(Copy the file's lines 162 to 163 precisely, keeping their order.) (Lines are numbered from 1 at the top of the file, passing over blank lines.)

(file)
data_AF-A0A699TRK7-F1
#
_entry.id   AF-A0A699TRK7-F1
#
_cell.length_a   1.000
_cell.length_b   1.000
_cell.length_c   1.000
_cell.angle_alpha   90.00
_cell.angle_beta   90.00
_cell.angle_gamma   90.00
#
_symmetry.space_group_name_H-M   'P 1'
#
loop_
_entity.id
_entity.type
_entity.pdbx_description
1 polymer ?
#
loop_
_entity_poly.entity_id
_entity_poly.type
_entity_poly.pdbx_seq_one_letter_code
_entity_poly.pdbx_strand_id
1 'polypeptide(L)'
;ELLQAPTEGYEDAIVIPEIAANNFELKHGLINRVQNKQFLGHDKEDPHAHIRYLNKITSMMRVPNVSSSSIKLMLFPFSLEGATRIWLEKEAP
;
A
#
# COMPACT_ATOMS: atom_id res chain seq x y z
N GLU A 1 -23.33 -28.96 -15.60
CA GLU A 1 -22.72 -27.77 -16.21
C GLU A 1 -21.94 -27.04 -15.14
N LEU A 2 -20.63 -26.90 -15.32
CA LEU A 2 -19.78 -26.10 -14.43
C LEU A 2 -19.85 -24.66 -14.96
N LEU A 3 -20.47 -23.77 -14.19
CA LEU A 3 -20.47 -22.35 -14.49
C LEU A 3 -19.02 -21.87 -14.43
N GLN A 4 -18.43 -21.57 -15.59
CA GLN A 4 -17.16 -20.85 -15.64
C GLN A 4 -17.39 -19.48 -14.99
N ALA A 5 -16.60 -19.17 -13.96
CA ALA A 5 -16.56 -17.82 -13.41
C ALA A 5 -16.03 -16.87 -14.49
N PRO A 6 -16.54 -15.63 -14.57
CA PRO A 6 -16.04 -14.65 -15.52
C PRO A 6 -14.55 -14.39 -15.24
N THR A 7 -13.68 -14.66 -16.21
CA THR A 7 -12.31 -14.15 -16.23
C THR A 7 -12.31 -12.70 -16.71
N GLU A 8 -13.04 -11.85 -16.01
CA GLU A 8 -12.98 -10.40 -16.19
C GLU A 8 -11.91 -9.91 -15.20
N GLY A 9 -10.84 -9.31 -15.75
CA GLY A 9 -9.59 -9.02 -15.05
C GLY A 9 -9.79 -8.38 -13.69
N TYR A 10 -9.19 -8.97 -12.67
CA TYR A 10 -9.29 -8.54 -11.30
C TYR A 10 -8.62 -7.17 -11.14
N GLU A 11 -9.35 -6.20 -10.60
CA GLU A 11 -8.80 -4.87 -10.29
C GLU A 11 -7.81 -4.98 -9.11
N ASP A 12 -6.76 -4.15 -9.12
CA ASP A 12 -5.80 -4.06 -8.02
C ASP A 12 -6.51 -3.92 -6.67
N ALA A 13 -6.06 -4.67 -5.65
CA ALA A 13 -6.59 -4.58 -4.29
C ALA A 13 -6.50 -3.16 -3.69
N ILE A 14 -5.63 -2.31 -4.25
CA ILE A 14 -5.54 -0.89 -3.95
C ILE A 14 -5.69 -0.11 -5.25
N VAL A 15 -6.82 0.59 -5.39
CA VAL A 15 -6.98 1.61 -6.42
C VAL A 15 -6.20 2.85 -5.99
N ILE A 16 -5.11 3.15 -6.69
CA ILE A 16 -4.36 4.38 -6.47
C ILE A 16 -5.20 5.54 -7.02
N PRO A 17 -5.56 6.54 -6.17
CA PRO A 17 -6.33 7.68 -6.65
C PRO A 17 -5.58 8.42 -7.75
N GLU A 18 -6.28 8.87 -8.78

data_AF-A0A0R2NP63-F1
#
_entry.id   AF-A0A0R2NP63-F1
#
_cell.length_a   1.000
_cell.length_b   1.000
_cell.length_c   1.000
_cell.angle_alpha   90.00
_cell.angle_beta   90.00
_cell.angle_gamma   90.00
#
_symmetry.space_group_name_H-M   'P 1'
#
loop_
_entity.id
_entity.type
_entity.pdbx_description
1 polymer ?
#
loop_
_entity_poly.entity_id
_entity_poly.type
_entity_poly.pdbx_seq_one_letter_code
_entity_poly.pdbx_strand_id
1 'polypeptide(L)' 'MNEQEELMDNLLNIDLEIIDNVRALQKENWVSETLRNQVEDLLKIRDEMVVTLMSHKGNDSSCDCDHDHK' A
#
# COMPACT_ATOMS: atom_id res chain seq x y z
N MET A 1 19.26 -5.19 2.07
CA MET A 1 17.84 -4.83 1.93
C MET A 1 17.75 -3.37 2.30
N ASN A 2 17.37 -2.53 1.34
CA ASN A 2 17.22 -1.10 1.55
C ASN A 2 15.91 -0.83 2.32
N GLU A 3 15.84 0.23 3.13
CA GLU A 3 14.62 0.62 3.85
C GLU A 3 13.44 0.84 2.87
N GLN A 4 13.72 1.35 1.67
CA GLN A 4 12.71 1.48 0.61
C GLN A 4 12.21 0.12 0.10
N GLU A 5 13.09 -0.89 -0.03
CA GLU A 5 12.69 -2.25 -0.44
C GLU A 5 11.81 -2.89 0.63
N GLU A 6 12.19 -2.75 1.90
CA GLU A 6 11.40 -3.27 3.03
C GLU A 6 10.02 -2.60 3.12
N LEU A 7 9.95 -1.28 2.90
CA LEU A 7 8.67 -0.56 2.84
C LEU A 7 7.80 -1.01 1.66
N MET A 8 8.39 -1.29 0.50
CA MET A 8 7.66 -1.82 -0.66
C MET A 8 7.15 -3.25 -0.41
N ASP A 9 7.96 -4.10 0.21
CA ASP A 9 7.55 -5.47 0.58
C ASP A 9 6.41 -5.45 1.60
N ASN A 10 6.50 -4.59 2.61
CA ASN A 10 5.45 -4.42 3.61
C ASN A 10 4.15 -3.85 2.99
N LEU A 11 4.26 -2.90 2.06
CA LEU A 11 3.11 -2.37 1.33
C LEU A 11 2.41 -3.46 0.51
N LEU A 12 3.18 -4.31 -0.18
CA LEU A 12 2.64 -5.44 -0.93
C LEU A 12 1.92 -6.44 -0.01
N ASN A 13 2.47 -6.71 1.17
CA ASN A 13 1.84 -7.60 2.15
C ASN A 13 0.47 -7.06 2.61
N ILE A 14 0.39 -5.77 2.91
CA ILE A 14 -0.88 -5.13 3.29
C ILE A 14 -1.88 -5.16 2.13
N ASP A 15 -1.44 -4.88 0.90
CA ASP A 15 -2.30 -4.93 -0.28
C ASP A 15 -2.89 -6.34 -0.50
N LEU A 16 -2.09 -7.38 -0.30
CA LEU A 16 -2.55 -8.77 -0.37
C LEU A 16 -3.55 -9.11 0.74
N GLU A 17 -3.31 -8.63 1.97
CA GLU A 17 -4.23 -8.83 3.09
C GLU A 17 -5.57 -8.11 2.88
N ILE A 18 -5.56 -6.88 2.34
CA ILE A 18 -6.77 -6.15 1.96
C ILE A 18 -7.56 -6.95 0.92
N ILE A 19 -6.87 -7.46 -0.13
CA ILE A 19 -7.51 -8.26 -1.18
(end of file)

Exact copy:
CA ILE A 18 -6.77 -6.15 1.96
C ILE A 18 -7.56 -6.95 0.92